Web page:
I would personally not use the VPN option. Although this is probably one of the most popular deployed options I would not use it because what you are creating is a link from your employees remote machine to your network. It is the equivalent to plugging their pc directly into your network. Why is this not smart? Let me explain this means that if their machine has been hacked or they are on a hotel network, very common, then you have just opened a bridge into your entire network! Of course there are rules you can implement on your terminating server side but they can become very difficult to maintain and you will most certainly run into issues with things not working. This option is a huge security risk if you do not know what you’re doing!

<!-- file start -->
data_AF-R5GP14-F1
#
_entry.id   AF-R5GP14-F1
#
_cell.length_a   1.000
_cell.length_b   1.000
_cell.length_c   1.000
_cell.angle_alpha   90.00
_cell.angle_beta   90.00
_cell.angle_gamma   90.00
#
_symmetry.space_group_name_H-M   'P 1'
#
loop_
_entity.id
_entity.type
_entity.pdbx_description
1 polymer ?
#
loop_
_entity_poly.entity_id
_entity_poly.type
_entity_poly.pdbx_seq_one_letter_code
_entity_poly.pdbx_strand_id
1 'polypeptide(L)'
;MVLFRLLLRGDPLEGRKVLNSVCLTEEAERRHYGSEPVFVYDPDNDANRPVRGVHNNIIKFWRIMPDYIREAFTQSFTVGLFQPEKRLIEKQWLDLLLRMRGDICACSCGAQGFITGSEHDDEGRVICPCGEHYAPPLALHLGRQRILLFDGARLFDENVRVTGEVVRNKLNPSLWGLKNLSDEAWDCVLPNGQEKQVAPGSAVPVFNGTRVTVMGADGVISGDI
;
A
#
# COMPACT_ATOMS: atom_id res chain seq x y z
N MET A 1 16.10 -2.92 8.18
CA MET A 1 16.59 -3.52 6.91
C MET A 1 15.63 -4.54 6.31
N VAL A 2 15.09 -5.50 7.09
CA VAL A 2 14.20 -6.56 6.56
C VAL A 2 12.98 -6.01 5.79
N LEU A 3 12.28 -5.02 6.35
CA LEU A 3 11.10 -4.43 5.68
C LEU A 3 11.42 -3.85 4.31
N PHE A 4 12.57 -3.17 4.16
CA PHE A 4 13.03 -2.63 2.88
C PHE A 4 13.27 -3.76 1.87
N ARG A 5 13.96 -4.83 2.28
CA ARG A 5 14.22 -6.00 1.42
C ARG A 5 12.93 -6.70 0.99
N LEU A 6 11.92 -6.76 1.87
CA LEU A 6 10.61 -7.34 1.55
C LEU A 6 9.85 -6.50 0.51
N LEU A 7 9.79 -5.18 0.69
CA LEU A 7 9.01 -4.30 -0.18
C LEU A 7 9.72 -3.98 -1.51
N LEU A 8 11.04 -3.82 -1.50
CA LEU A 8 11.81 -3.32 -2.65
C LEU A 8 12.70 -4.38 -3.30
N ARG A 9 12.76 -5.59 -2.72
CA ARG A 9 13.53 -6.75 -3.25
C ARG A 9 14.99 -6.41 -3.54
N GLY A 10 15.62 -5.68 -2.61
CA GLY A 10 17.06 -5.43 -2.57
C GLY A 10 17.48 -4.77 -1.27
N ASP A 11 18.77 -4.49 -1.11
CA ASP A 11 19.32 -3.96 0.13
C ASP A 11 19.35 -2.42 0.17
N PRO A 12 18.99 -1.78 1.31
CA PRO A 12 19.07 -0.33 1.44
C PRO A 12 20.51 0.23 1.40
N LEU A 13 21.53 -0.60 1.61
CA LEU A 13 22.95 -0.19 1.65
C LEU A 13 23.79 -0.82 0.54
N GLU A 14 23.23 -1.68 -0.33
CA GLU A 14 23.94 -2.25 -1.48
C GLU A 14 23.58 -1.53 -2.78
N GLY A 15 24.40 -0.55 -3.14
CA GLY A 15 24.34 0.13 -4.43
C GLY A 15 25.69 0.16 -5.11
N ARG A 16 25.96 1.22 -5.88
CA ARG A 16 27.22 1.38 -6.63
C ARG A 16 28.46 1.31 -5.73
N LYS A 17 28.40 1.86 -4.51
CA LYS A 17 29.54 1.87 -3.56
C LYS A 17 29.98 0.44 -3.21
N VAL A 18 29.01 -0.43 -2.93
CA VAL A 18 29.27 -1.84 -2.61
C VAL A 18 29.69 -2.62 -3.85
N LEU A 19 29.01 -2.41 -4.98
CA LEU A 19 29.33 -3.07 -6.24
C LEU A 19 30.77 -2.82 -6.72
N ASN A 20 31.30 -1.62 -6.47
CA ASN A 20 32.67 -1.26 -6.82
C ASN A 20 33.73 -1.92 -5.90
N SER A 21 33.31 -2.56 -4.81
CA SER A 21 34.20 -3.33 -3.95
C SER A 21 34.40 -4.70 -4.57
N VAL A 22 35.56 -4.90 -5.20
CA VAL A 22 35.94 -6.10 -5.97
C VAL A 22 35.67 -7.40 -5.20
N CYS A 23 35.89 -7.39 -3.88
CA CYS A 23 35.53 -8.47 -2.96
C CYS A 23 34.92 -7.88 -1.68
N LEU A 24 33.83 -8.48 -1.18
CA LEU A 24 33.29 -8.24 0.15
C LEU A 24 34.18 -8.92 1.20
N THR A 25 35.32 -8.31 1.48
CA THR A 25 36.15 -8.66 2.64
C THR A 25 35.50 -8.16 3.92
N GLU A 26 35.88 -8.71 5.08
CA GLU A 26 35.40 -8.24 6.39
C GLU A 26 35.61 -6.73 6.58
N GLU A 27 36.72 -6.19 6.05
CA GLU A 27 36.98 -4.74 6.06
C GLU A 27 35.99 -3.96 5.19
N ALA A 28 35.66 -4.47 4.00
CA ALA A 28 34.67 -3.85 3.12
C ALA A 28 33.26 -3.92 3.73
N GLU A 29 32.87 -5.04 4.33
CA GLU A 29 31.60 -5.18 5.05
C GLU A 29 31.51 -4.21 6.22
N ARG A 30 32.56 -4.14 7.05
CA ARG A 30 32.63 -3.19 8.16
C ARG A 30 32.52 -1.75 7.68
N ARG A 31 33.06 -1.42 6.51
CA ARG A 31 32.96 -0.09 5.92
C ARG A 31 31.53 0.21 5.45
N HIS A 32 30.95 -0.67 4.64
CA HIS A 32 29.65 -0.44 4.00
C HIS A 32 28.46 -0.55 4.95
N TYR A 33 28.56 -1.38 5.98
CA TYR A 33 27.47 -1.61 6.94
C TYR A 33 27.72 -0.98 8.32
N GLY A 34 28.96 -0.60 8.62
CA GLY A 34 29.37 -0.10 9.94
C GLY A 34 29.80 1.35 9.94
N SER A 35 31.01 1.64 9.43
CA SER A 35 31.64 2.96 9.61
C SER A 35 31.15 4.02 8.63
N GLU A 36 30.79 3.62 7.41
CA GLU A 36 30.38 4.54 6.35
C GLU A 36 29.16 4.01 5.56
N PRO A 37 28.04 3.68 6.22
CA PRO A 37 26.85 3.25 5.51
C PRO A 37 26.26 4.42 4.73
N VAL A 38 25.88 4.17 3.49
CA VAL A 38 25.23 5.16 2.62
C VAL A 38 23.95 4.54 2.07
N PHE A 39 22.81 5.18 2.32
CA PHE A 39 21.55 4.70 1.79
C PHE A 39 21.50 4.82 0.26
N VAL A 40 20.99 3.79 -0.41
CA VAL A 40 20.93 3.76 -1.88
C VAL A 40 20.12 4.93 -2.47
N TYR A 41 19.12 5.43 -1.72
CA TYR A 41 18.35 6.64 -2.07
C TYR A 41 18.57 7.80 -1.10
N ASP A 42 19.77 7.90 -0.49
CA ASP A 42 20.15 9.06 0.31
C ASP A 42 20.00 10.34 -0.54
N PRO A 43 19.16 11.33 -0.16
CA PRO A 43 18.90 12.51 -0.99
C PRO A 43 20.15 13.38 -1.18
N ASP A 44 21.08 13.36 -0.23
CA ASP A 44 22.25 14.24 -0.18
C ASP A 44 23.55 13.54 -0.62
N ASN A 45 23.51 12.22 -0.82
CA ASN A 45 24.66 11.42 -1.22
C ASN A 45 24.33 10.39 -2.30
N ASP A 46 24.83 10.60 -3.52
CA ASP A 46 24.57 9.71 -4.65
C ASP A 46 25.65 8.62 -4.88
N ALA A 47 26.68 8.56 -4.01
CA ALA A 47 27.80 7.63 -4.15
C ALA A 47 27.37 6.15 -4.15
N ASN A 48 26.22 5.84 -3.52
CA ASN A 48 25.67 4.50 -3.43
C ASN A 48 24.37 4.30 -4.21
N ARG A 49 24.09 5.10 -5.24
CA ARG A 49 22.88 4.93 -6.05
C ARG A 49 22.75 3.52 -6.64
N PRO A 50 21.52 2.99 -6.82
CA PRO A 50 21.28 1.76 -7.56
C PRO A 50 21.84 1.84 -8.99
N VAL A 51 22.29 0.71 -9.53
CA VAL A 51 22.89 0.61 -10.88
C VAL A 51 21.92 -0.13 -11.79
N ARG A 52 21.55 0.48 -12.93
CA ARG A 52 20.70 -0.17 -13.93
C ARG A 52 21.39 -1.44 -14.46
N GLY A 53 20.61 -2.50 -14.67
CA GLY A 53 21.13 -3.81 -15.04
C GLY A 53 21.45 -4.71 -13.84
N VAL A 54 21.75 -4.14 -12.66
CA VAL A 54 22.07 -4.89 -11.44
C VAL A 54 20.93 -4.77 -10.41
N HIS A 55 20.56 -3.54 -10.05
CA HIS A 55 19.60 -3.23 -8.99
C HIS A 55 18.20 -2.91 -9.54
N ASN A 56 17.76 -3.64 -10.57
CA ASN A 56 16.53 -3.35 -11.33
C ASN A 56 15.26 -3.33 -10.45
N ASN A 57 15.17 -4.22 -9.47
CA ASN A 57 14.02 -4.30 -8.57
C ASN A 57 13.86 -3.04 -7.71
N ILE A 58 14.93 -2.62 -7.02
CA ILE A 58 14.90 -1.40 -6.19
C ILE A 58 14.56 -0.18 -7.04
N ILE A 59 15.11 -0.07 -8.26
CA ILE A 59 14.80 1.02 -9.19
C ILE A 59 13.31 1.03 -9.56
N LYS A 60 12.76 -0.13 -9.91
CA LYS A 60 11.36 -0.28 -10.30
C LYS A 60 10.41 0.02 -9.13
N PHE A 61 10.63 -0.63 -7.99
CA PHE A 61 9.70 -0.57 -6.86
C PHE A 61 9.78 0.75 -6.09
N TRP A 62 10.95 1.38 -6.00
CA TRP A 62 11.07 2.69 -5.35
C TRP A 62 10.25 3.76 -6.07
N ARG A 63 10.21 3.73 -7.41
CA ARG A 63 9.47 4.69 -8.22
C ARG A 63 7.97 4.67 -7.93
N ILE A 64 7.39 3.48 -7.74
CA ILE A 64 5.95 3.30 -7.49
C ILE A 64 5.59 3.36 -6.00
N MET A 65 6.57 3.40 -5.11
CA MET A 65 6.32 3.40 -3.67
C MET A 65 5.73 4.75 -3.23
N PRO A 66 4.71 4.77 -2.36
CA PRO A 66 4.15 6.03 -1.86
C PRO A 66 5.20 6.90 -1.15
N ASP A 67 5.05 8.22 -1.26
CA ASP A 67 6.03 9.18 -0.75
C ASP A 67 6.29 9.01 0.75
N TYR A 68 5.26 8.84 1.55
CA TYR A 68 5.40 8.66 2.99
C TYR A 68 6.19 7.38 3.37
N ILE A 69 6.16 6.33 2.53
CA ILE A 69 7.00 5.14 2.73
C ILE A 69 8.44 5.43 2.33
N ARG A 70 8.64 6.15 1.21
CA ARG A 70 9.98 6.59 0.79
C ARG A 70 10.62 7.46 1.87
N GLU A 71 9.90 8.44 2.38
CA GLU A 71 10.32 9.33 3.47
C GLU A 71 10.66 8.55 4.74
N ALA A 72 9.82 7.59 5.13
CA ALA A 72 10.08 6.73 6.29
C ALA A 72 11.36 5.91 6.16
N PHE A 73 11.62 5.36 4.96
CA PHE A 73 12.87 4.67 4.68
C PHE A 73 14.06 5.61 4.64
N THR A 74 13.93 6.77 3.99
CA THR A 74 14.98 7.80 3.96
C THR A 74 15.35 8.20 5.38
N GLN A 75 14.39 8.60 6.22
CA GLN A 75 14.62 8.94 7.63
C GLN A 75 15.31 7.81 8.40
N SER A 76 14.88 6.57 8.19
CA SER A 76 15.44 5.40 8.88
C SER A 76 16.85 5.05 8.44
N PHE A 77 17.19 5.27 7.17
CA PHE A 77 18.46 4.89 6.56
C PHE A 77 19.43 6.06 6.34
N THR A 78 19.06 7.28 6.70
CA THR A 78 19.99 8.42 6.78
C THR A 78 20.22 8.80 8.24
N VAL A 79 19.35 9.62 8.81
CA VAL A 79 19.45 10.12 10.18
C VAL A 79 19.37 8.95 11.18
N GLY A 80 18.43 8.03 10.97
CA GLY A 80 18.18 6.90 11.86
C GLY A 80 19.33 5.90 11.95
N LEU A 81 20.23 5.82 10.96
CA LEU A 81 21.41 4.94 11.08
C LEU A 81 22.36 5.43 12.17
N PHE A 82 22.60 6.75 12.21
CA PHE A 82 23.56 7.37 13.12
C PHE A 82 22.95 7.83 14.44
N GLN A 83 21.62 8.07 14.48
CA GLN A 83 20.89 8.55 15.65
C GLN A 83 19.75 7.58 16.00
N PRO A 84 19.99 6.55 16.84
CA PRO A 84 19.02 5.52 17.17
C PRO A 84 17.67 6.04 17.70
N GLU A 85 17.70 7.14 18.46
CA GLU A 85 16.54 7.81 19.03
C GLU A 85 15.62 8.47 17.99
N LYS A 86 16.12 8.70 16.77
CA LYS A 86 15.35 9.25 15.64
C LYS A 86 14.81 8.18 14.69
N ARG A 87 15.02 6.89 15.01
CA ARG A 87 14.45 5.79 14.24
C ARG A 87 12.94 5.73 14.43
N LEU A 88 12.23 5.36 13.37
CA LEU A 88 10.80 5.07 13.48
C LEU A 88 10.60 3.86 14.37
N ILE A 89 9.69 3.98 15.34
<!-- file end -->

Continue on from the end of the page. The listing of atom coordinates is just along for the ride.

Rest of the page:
The next options that I would stay away from are these little pay me $10 month and I’ll get you remote access to your machine. Services like this include goToMyPc and logMeIn. Sure they work but who wants to pay for something you should be getting for free?
The option that I personally feel is the safest, easiest, and most secure is configure remote desktop protocol or RDP. You need to be able to configure port address translation in your firewall, you may need to find help if you do not know how to do this. RDP runs on port 3389 so you need to go into your firewall and open this port to the IP address of the client machine you’re trying to access. However, if you have 20 employees that need to connect remotely then this is where you need the port address translation. You need to put holes in your firewall to all of your client machines. This means you pick a starting port let’s say 5000. So your employees will all get a port number like below.
Employee 1 = port 5000
Employee 2 = port 5001
Employee 3 = port 5002
etc, etc
Then you will give your employees the following information to connect remotely your external IP and port i.e. If they type this into Remote desktop and you have port 5000 to redirect to their workstation on port 3389 then they get connected right into their pc as if they were at work the entire time.